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| 24 September, 2017

Dubai centre warns of vitamin D deficiency link to infertility

Image used for illustrative proposes.
A nurse works on a micromanipulator machine (used for fertilization) at Fortis Bloom Fertility and IVF Centre inside the Fortis hospital at Mohali in the northern Indian state of Punjab June 13, 2013.
REUTERS/Ajay Verma

Image used for illustrative proposes. A nurse works on a micromanipulator machine (used for fertilization) at Fortis Bloom Fertility and IVF Centre inside the Fortis hospital at Mohali in the northern Indian state of Punjab June 13, 2013. REUTERS/Ajay Verma

REUTERS/Ajay Verma
Dubai: Vitamin D deficiency is a likely contributor in infertility, a specialist at a Dubai-based fertility centre warned.

Dr Shazia Magray, a specialist in obstetrics and gynaecology at Bourn Hall Fertility Centre, said the warning is especially relevant to the UAE, where more than 90 per cent of residents are vitamin D deficient, according to the International Osteoporosis Federation.

The centre had treated Josephine Peralta, who was found vitamin D deficient with Polycystic Ovaries Syndrome (PCOS) and hypothyroidism when she was aged 25. The couple, after years of trying and various failed treatments, eventually decided to opt for In Vitro Fertilisation (IVF) at Bourn Hall Fertility Centre.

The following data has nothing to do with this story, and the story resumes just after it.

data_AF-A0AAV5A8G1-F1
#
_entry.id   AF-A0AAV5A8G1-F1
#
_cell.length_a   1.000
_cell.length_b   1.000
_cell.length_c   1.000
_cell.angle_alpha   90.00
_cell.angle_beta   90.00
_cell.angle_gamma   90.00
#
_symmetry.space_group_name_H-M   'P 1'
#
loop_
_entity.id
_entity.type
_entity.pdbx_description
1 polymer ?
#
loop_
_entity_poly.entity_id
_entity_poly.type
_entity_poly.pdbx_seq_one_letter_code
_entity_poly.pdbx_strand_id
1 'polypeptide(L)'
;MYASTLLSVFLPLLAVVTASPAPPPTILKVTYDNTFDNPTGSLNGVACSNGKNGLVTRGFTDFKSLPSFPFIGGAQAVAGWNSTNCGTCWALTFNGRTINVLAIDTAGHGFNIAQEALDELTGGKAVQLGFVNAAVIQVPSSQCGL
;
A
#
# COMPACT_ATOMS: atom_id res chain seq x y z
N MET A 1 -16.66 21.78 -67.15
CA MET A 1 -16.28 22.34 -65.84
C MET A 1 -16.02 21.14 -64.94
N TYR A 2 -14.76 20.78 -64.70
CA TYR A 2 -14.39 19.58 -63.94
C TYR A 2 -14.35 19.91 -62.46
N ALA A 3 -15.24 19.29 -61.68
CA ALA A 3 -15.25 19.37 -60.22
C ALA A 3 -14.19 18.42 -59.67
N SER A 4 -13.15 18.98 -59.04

After the first IVF, she gave birth at the age of 31 to a baby girl.

Dr Magray, who treated Peralta, said: “Infertility in young couples has become a growing phenomenon, and we’re seeing many people below the age of 30, who are opting for Assisted Reproductive Techniques.

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“Almost 30 to 40 per cent of infertility cases are unexplained, since there is no obvious cause. But among the causes that can be diagnosed, we’ve found PCO) to be quite significant, since it has a direct impact on the quality of eggs.”

She added: “However, another big contributing player that most people are unaware of is vitamin D deficiency, which results in poor reproductive forecast both in cases of natural conception and assisted reproductive technology.”

Several studies have forged a strong relationship between vitamin D deficiency and infertility, particularly with respect to IVF failure, according to the centre.

The active form of Vitamin D — calcitriol — not just controls the oestrogen content in a woman, but many other genes that are involved in embryo implantation. Moreover, the vitamin helps in fighting infections during pregnancy. Vitamin D supplementation also contributes to egg cell maturation in women affected by PCOS while its deficiency worsens the hormonal imbalance, making them prone to miscarriage. Lack of vitamin D can result in complications, such as gestational hypertension and diabetes. Further, research data presented last year suggests links between poor semen quality, testosterone levels and vitamin D deficiency.

“Couples looking to start a family need to be in an optimal state of vitamin D, including those who are opting for IVF. Higher vitamin D levels in couples significantly improve the IVF rate of success compared to those with lower levels. Sufficient intake also helps produce high-quality eggs during IVF.”

Peralta thanked the centre’s staff, saying: “The first time I cried happy tears was when I heard I was pregnant, and then again when I heard the sound of my baby’s cry.”

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